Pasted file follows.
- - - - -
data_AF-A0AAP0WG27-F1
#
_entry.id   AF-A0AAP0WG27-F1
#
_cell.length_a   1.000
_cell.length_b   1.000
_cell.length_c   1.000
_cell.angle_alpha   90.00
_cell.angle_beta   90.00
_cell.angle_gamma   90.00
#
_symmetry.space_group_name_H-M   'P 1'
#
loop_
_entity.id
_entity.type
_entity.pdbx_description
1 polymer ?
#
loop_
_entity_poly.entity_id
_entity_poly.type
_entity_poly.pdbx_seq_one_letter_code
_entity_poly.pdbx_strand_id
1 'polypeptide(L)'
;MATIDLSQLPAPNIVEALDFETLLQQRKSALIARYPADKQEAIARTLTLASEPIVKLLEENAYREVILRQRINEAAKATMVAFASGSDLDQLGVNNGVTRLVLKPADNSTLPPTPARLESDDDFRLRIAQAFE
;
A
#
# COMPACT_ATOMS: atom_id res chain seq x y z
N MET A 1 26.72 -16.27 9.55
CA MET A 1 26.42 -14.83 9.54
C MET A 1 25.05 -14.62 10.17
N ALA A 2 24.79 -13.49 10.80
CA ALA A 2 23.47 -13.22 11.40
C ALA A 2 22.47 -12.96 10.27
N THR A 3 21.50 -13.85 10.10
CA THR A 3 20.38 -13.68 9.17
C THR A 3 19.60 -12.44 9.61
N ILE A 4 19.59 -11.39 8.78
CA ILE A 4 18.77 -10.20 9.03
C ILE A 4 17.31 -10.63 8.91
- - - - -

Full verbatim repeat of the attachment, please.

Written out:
data_AF-A0AAP0WG27-F1
#
_entry.id   AF-A0AAP0WG27-F1
#
_cell.length_a   1.000
_cell.length_b   1.000
_cell.length_c   1.000
_cell.angle_alpha   90.00
_cell.angle_beta   90.00
_cell.angle_gamma   90.00
#
_symmetry.space_group_name_H-M   'P 1'
#
loop_
_entity.id
_entity.type
_entity.pdbx_description
1 polymer ?
#
loop_
_entity_poly.entity_id
_entity_poly.type
_entity_poly.pdbx_seq_one_letter_code
_entity_poly.pdbx_strand_id
1 'polypeptide(L)'
;MATIDLSQLPAPNIVEALDFETLLQQRKSALIARYPADKQEAIARTLTLASEPIVKLLEENAYREVILRQRINEAAKATMVAFASGSDLDQLGVNNGVTRLVLKPADNSTLPPTPARLESDDDFRLRIAQAFE
;
A
#
# COMPACT_ATOMS: atom_id res chain seq x y z
N MET A 1 26.72 -16.27 9.55
CA MET A 1 26.42 -14.83 9.54
C MET A 1 25.05 -14.62 10.17
N ALA A 2 24.79 -13.49 10.80
CA ALA A 2 23.47 -13.22 11.40
C ALA A 2 22.47 -12.96 10.27
N THR A 3 21.50 -13.85 10.10
CA THR A 3 20.38 -13.68 9.17
C THR A 3 19.60 -12.44 9.61
N ILE A 4 19.59 -11.39 8.78
CA ILE A 4 18.77 -10.20 9.03
C ILE A 4 17.31 -10.63 8.91